Some Really Great Albums From 2013 That I Liked A Lot

Alright, so here’s a non-exhaustive completely subjective list of some albums I really dug this year. I slept on a lot of good albums, and just didn’t listen to a lot of stuff- tell me what I missed. But these are the ones that really got me this year. I present them order kind of on sound/genre. Except the first one. That was my favourite.

I didn’t think I paid as much attention to lyrics as my thoughts below seem to suggest. So that’s a nice surprise.

Kurt Vile :: Wakin on a Pretty Daze

It took me a while to get into Kurt Vile. His earlier albums never really clicked for me, but man, this album. I don’t know why it took me so long. Vile’s mix of Americana, psych., and Big Star-ish nostalgia is right up my alley.

The album opens with the 9:24 semi-titular track “Wakin on a Pretty Day,” and dwells in pity and loneliness and alienation, but also affirmation and celebration.

The opening track finds Vile alone and alienated:

Wakin on a pretty day
For any place
No use sayin nothin
To explain it
To my loved ones today

And “Shame Chamber” is about alienation and unmet expectations. It finds Vile dwelling in self-pity and let-down:

Everyone’s sayin’ I should probably give up
And hey, I wouldn’t wanna waste no time
How can I even look myself in the mirror
Then again, why would I?

It’s just another day in the shame chamber
Living life to the lowest power
Feeling bad in the best way a man can

But it’s the juxtaposition of pity and affirmation, alienation and love that really works for Vile. “Was All Talk” takes on a past of big promises and expectations in a much more affirmative tone.

There is a time in my life that is
Gone I sometimes still go back to
Not to be all stalkin’ myself too much
When I get the upper hand
Here, in present days
Now take a look at my hands
Watch em go, watch me go
Yeah I’m goin… yeah I’m gone


Freak in the fog
In the sea of the storm
Makin’ music is easy:
Watch me

Sure, this might be the empty gesture of Vile trying to trick us (and himself) with false confidence. You know, they way you might say to an ex-lover that ‘ya, I’m great. Look how awesome I am.’ But I don’t think so. Vile is right at home balancing self-pity and affirmation. In “Snowflakes Are Dancing” he has found some comfort in music despite constant oscillation:

There is but one true love, within my heart
There is but one man, that I am
When I’m away out there, I wanna go home
When I am home, my head stays out there

Snowflakes are dancing, this man is pumping
Headphones are loud, chilling on a pillowy cloud
Comfort of codeine, and Springsteen pristine
You should sing just whatever

And the album’s final track, “Goldtone” re-asserts that music is where Vile finds his peace:

In the night when all hibernates I stay awake
Searching the deep, dark depths of my soul tone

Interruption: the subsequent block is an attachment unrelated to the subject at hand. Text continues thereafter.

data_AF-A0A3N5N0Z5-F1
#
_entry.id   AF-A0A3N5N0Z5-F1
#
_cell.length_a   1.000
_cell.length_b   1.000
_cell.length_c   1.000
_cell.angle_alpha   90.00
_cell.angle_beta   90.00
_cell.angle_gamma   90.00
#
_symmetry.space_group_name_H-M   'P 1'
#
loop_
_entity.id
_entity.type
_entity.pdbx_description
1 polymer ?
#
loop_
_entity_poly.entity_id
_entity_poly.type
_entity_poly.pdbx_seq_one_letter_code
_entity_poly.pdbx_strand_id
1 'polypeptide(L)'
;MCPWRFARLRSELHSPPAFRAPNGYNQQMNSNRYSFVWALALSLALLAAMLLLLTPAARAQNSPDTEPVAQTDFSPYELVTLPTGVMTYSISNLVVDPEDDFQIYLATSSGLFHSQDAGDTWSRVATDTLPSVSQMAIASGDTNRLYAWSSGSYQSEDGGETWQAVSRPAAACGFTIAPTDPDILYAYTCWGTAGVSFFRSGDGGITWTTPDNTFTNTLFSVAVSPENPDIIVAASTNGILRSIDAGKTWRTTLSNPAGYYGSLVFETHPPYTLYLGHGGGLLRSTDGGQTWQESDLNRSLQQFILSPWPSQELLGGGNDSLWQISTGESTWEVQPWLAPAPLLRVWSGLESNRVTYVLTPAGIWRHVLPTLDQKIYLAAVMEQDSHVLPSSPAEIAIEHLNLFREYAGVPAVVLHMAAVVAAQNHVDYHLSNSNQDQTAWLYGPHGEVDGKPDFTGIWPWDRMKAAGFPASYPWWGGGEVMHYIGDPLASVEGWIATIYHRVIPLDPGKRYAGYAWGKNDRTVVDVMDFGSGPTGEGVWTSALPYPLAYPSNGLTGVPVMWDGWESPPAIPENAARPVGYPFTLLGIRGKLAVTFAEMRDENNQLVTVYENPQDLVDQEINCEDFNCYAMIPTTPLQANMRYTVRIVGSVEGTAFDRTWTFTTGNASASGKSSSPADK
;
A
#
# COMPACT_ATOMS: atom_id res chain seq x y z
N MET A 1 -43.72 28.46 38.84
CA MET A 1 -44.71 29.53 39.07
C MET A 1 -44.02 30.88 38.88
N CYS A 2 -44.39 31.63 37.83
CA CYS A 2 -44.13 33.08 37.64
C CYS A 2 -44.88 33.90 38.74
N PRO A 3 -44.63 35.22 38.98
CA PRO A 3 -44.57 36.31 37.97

Golden tones

I might be adrift, but I’m still alert
Concentrate my hurt into a gold tone

All that and it sounds pretty great too. So ya, I liked this album. Here’s a couple videos to look at.

Phosphorescent :: Muchacho

Matthew Houck blew me away this year. I had no idea who he was. But between this album and his earlier Songs to Willie, I was stunned. Muchacho is a thoroughly American album. And it’s no surprise that Houck is from Alabama and counts Cash, Nelson and other country greats, as well as the Muscle Shoals tradition, among his influences. Hell, the album opens with a rip on Johnny Cash and announces that while he holds this tradition dear, it in no way limits him:

Some say love is a burning thing
That it makes a fiery ring
Oh but I know love as a fading thing
Just as fickle as a feather in a stream
See, honey, I saw love,
You see it came to me
It put its face up to my face so I could see
Yeah then I saw love disfigure me into something I am not recognizing.


“Song for Zula,” might be one of the best tracks of the year, and but it’s “Terror In the Canyons” where Houck really lets us know who he is as a singer, songwriter, and man.


You can tell this is a guy who’s got his sound down, and you can really hear Nashville and the craftsmanship of country greats in the crescendos and flourishes in that track.

Bonus: Check out Houck’s intimate, solo performance at NPR’s Tiny Desk.

Yo La Tengo :: Fade

I have nothing left to say about YLT; or at least I have too much to say. They just keep doing it. I seriously think they are one of the best, most consistent bands of the century so far. These guys (and girl!) are true lovers and historians of music. Every year they put on a fund raiser for public radio station WEXP in NY where donators can request YLT play songs live. And they do a pretty great job.

They’re just cool too. They played out a legendary record store in Seattle- Easy Street Records- that was closing. The day before that Ira showed up at Seattle’s KEXP public radio to guest DJ a session using only albums and 45s he had bought while shopping in Seattle that weekend. I have a YouTube playlist of some of what he played. Get at me and I’ll send some links over.

Of course, all this says nothing about the record, which is great. I’ll stop gushing, here’s a video.

Mikal Cronin :: Mcii

I think this year had two big trends. Pop music went to the 80s and pulled out all of MJ and Madonna and Blondie’s tricks, and Rock music hit the 70s borrowing from Big Star, T. Rex, The Who, and oh so many others- let’s call the general idea ‘Power Pop.’ Like Wakin on a Pretty DazeMcii is something of a maturation album. Cronin sings about aloofness, confusion, and that general feeling of ‘what?!ness’ that many of the rest of us suddenly-something-like-adults-maybe? feel. The chorus of “Shout It Out” has him asking very familiar-feeling questions;